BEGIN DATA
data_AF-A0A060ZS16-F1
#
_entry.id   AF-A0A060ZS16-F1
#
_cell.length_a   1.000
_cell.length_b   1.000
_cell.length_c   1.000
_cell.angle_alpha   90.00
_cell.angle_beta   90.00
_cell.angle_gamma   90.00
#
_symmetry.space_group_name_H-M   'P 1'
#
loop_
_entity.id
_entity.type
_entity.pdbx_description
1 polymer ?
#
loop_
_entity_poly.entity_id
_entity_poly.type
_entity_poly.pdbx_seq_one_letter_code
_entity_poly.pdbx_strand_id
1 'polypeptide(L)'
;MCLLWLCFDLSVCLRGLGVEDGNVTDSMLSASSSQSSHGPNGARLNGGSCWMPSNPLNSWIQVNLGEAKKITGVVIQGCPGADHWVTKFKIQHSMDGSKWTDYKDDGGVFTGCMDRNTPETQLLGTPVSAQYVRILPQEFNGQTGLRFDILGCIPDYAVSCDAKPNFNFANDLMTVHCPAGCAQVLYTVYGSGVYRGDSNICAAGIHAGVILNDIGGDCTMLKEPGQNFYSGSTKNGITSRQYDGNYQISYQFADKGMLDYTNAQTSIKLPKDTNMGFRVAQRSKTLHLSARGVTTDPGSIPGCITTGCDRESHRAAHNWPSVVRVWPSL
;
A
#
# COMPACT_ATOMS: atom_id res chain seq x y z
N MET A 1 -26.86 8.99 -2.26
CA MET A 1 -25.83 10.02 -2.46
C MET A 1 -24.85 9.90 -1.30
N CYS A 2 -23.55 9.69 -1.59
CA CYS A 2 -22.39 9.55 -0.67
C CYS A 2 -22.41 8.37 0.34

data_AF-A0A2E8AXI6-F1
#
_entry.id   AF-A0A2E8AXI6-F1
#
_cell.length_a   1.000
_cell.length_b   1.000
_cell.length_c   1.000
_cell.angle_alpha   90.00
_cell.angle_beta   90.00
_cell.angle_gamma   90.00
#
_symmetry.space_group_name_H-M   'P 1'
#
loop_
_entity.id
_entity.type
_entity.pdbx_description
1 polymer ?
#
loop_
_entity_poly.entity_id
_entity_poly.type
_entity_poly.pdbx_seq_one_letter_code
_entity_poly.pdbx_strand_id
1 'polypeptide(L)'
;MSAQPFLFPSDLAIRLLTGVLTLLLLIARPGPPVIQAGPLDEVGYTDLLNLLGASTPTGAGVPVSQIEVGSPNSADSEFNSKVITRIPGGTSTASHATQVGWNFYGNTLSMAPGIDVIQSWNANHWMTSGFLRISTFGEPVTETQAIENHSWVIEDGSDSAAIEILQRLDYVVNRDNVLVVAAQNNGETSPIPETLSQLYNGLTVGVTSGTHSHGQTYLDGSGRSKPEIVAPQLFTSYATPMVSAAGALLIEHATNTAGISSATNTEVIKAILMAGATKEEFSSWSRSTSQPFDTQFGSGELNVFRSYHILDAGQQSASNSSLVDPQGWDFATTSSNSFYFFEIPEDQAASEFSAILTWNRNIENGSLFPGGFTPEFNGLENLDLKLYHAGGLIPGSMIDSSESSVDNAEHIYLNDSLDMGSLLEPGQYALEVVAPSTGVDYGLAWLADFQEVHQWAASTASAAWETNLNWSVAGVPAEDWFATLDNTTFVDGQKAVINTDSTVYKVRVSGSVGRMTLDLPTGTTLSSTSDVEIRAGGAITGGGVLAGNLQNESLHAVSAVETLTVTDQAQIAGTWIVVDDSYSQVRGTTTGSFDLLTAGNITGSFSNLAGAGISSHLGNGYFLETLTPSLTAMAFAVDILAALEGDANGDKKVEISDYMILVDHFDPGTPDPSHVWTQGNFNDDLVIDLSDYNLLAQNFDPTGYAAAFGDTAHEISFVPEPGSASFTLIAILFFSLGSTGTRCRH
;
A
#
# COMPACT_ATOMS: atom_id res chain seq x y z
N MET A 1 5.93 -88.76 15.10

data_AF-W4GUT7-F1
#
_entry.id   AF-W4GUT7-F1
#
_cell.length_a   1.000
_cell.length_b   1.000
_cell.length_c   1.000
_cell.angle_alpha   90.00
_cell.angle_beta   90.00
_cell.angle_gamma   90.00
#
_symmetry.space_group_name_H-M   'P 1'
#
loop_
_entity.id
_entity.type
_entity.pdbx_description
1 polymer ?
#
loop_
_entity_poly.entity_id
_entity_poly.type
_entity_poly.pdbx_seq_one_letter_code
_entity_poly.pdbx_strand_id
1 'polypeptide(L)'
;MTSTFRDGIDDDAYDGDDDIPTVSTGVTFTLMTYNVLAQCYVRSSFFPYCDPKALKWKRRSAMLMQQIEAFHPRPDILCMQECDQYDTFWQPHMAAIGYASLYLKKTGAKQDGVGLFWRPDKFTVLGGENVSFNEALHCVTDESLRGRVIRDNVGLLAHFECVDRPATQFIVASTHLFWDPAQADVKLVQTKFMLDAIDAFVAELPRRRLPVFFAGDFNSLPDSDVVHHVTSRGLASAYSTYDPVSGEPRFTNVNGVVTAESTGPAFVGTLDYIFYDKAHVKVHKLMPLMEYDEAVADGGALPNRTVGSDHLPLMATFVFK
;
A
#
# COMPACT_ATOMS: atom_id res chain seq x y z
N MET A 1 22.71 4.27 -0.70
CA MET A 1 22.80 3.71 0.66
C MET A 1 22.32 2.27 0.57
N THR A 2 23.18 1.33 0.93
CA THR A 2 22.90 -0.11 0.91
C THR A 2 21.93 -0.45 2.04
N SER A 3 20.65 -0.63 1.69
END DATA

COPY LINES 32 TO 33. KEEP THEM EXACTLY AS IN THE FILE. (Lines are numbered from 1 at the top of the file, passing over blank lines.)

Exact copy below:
CA MET A 1 -25.83 10.02 -2.46
C MET A 1 -24.85 9.90 -1.30